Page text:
The Proper Order for Trading Preparation . . . Among Other Things
Q: I am a subscriber to your weekly newsletter. I have also read and re-read each of the following books a number of times;
Trade Your Way;
Super Trader; and
The Definitive Guide to Position Sizing
I recently downloaded and completed all 10 levels of the Position Sizing Game (albeit on the ‘easy’ mode). I did not go bankrupt once, and whilst I did not progress through each level on the first attempt my account was always profitable at the end of 100 trades, and on level 3 I progressed with a 500% gain. My account total at the end of level 10 was $38 Million. I was able to cascade through these levels reasonably quickly by applying the principals outlined within the Definitive Guide to Position Sizing as follows:
1. Using the SQN score for each level to establish the Maximum Portfolio Heat, as well as to limit the downside potential on my original capital (for each level), by using a small bet size.
2. When in a profitable position I used the portfolio heat to establish a maximum bet size on my winnings (i.e. markets money technique), and I combined this with my original capital small be size.
I have a history of failure in the real markets. I have tried stock and options trading in the past, however I realize that I never had a system and approached it with a gambling mentality. Through the Van Tharp products I have developed an understanding of the importance of issues surrounding exits, position sizing, R-Multiple distributions, starting capital, SQN scores for system evaluation, setting objectives, and my next goal is to be able to design and trade some of my own systems. I have read in some of your publications that it is fairly easy to design quality systems for each of the market types, however I still do not know how or where to start in this process of system design. This obviously means that I have more work to do, and I guess I am seeking some guidance from the Van Tharp Institute on what the next stage of my development in this area could/should encompass so that I can work towards achieving my next goal.
On a separate matter I read with interest Model 15: Scaling in Techniques (in Definitive Guide to Position Sizing). The reason this interested me is because it seems that if you have a few winning trades happening and you apply a form of scaling in at different levels, then this has the potential to substantially increase the expectancy and SQN of a system, without having to look elsewhere for great trading opportunities. i.e. you can create multiple great trading opportunities from just one initial trade, because your winnings will not just be based on your initial position, they will multiply. So for example on one trading stock instead of having a 4R gain (if you did not scale in), you may end up with a 10R gain (if you did scale in). Am I on the right track with my thinking on this?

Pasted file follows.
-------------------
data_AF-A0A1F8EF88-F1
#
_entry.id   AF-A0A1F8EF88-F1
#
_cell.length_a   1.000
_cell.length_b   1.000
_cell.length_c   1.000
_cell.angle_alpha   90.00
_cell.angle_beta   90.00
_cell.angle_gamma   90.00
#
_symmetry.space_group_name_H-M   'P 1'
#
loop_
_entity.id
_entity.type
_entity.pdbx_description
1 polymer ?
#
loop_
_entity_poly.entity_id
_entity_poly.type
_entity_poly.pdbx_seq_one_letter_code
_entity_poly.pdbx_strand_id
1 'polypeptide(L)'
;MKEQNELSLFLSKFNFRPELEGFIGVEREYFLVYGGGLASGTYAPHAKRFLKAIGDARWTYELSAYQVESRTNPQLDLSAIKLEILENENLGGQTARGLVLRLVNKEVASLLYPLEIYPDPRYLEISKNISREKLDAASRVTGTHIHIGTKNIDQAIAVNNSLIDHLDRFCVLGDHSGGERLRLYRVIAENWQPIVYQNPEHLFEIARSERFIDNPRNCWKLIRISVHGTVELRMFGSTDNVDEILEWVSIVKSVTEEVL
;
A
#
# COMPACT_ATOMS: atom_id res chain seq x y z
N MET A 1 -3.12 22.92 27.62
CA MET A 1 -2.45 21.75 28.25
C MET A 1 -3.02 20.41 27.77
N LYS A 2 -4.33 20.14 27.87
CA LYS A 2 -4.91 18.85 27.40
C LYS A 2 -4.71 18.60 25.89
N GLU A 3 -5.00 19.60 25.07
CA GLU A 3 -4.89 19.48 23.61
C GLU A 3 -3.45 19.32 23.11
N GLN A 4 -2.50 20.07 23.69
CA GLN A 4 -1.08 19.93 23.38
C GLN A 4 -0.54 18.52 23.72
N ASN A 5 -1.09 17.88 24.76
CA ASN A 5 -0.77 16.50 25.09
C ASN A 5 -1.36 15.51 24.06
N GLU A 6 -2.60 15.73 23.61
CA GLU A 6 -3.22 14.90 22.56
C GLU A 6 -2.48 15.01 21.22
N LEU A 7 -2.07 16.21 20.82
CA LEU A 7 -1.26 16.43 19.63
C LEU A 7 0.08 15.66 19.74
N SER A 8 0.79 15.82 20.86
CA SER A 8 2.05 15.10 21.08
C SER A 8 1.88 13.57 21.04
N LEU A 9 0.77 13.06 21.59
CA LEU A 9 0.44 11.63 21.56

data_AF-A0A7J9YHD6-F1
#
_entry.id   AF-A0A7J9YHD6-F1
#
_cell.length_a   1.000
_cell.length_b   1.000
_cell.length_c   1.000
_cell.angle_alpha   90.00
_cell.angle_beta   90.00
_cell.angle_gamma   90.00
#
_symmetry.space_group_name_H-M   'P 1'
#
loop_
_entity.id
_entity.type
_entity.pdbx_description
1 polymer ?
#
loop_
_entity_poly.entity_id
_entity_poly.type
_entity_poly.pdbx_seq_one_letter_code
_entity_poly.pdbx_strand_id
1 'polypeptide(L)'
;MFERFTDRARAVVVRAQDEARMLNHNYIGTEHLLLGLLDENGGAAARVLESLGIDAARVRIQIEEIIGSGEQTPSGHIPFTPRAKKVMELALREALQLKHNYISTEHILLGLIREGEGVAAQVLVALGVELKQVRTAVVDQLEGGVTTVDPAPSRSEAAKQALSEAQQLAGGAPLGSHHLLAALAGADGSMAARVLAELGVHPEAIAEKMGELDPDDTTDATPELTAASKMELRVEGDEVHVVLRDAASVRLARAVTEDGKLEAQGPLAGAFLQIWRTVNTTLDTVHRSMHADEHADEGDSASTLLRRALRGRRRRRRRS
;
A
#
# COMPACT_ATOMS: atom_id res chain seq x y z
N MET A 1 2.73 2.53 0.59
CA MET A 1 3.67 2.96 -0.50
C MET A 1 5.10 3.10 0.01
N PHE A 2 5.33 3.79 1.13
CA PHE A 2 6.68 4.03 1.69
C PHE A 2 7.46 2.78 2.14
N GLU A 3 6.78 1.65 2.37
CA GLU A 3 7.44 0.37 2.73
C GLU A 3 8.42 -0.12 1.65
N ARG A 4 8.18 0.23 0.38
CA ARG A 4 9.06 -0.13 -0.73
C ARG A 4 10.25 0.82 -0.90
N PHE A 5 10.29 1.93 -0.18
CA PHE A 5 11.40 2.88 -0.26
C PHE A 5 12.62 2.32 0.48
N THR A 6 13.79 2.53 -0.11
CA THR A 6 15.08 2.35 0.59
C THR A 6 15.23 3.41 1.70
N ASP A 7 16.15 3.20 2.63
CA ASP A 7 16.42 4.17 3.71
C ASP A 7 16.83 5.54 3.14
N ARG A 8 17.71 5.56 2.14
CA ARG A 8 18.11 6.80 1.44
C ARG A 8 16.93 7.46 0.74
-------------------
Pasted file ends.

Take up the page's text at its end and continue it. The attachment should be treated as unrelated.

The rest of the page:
I look forward to hearing from you in due course. Many thanks! — Kimai B., Australia
A: Thank you very much for your business and for your question. Can I answer for Van? This week, he has a publishing deadline for “Trading Beyond The Matrix”, his latest book.
Congratulations on your success in the position sizing game. You might consider playing many more times and altering your objectives for the game to learn how to effectively craft position sizing strategies for each—shoot for the moon, go very conservative, etc.
As for developing trading systems, you have a lot of good information already in the Trade Your Way book. Before you get to that step, however, there are a lot of considerations. Van stresses putting 50% of your time and effort of planning for a trading business into your objectives. What are you trying to accomplish? With great clarity and understanding, can you define it? Why do you want that goal? Are you worthy of it?
Then you have to consider other items as well—What kind of resources and knowledge do you have already? What are your strengths? Weaknesses? How much time do you have? How will you manage the gambler part of you? Besides the effects that the gambler part of you has on your trading, what other parts or biases do you have? How will you deal with those?
Just to give you a sense of what Van has the Super Traders do so you might see what he believes is the proper order for trading preparation:
1. Complete the Peak Performance Home Study Course,
2. Write a lengthy (>100 pages) business plan
3. Develop three non-correlated trading systems
4. Trade those three systems at a 95%+ efficiency level for >100 trades
Van believes unless a trader understands his psychology at a deep level, then trading may turn out to be an experience of self-sabotage and frustration. Van actually has most of the Super Trader candidates stop trading for the first three stages of the program so they can focus on their personal and business development. That’s quite a commitment but this group is very serious about trading well.
No one has to go through the ST program to trade well—but following through on the major steps of the program probably makes great sense given Van’s extensive research and experience helping traders. You can take all of the steps basically on your own at home. But we do have a few workshops (the two workshops in February for example) that would help as well.
As for your thinking on scaling in, you are on a correct track. Trend followers who catch a good move and scale in effectively can make great gains with one good trend. That also implies being patient and living with (the possible frustration of) long periods of time with many small losses and good drawdowns. Your psychology matters—some people can do this, many cannot.
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